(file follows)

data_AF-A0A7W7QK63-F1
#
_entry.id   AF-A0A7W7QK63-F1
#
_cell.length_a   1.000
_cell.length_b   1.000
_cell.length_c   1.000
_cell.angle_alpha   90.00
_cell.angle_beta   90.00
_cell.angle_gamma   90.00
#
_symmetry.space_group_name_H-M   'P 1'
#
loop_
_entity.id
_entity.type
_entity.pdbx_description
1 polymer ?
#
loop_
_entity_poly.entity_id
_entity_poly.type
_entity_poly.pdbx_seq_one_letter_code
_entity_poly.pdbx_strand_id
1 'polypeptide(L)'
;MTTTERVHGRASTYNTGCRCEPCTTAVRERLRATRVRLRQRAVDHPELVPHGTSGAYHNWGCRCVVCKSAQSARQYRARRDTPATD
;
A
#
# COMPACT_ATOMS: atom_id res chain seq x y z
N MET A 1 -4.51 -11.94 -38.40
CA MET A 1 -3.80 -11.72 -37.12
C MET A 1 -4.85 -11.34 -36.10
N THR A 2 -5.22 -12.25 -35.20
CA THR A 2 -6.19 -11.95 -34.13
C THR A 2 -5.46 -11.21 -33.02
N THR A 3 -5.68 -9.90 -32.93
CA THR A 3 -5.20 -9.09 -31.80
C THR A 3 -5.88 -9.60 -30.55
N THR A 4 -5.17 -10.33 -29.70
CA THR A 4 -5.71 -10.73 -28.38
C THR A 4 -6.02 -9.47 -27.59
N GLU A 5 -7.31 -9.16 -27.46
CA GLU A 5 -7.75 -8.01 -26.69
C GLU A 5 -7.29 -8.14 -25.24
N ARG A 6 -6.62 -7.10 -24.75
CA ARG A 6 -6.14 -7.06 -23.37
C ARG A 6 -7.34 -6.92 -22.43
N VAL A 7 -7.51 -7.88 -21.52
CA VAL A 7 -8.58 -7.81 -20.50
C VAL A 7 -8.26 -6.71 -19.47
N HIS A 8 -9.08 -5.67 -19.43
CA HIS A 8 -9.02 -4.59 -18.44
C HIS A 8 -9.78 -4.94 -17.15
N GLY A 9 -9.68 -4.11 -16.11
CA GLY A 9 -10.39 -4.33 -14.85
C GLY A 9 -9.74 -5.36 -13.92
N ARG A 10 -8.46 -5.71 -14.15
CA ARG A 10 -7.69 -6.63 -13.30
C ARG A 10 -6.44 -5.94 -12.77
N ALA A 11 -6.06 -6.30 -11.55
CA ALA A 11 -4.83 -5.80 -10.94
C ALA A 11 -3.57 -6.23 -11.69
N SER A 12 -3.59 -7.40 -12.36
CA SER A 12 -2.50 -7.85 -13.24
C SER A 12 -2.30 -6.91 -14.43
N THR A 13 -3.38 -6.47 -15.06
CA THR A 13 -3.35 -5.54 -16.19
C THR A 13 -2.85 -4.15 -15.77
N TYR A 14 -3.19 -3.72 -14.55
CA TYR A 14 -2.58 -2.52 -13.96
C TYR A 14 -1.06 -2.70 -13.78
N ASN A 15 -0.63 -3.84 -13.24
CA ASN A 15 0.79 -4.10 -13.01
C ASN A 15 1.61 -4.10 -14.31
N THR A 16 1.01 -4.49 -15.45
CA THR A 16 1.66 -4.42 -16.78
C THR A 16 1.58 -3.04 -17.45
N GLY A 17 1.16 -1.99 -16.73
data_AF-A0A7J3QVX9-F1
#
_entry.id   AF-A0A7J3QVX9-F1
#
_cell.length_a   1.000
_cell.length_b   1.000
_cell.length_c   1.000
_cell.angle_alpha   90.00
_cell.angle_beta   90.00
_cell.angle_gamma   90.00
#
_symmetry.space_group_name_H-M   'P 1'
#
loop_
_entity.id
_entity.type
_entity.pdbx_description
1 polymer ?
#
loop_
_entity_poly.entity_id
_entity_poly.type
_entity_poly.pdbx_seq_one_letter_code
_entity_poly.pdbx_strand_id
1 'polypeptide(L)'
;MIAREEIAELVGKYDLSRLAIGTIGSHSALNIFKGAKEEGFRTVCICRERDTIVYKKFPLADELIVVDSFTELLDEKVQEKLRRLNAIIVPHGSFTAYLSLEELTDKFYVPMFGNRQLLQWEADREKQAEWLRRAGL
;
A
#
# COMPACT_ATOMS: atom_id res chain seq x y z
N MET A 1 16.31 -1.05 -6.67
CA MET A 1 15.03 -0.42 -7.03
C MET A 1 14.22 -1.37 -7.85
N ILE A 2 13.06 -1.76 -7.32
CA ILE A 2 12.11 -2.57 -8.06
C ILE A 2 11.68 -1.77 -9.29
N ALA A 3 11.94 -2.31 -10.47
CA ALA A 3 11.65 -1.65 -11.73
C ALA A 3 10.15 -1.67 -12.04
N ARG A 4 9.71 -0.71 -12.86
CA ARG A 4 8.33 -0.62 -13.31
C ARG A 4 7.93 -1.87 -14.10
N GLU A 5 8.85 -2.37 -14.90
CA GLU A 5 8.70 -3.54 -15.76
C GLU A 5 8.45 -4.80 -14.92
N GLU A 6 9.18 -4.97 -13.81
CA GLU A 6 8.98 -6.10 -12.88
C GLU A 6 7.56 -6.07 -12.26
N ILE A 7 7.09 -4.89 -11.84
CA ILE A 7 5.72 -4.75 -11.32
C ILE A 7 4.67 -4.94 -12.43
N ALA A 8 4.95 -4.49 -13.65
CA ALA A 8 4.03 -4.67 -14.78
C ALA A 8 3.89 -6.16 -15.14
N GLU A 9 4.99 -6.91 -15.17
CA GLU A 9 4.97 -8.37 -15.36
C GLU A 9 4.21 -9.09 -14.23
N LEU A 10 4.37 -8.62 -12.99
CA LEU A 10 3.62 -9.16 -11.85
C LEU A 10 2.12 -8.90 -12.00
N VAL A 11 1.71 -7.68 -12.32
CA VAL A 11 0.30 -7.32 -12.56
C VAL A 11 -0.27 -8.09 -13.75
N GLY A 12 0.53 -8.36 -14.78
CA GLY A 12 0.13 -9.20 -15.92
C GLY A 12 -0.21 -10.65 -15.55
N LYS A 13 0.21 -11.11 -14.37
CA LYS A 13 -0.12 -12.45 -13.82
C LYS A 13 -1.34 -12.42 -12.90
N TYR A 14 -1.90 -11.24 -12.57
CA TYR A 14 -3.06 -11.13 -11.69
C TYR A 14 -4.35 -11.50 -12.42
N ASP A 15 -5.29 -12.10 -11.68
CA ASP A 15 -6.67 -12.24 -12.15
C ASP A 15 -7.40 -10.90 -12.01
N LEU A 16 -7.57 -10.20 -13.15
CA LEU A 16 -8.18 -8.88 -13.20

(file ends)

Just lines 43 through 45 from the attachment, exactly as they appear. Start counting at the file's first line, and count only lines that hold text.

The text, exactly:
N GLU A 5 -7.31 -9.16 -27.46
CA GLU A 5 -7.75 -8.01 -26.69
C GLU A 5 -7.29 -8.14 -25.24